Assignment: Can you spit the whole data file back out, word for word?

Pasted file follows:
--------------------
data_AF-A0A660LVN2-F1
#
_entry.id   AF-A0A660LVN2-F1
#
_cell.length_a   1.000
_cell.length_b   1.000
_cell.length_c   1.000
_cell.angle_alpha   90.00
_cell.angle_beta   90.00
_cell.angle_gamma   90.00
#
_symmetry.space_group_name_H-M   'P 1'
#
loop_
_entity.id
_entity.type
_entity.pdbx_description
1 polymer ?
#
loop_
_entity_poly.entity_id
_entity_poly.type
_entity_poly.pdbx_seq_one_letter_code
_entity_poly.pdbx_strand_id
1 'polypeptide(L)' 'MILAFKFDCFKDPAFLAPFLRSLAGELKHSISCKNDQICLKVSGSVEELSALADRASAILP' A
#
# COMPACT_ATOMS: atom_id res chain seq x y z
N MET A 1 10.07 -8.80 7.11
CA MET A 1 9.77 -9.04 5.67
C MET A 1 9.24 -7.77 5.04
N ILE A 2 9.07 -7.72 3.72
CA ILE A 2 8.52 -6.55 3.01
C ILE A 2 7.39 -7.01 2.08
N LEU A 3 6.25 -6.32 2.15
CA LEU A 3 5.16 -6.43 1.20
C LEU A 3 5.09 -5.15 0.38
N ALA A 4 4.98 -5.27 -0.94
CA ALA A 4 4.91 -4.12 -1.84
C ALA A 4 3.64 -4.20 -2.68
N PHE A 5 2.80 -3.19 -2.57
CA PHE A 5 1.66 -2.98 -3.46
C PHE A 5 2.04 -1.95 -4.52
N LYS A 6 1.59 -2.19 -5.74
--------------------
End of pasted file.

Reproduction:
data_AF-A0A660LVN2-F1
#
_entry.id   AF-A0A660LVN2-F1
#
_cell.length_a   1.000
_cell.length_b   1.000
_cell.length_c   1.000
_cell.angle_alpha   90.00
_cell.angle_beta   90.00
_cell.angle_gamma   90.00
#
_symmetry.space_group_name_H-M   'P 1'
#
loop_
_entity.id
_entity.type
_entity.pdbx_description
1 polymer ?
#
loop_
_entity_poly.entity_id
_entity_poly.type
_entity_poly.pdbx_seq_one_letter_code
_entity_poly.pdbx_strand_id
1 'polypeptide(L)' 'MILAFKFDCFKDPAFLAPFLRSLAGELKHSISCKNDQICLKVSGSVEELSALADRASAILP' A
#
# COMPACT_ATOMS: atom_id res chain seq x y z
N MET A 1 10.07 -8.80 7.11
CA MET A 1 9.77 -9.04 5.67
C MET A 1 9.24 -7.77 5.04
N ILE A 2 9.07 -7.72 3.72
CA ILE A 2 8.52 -6.55 3.01
C ILE A 2 7.39 -7.01 2.08
N LEU A 3 6.25 -6.32 2.15
CA LEU A 3 5.16 -6.43 1.20
C LEU A 3 5.09 -5.15 0.38
N ALA A 4 4.98 -5.27 -0.94
CA ALA A 4 4.91 -4.12 -1.84
C ALA A 4 3.64 -4.20 -2.68
N PHE A 5 2.80 -3.19 -2.57
CA PHE A 5 1.66 -2.98 -3.46
C PHE A 5 2.04 -1.95 -4.52
N LYS A 6 1.59 -2.19 -5.74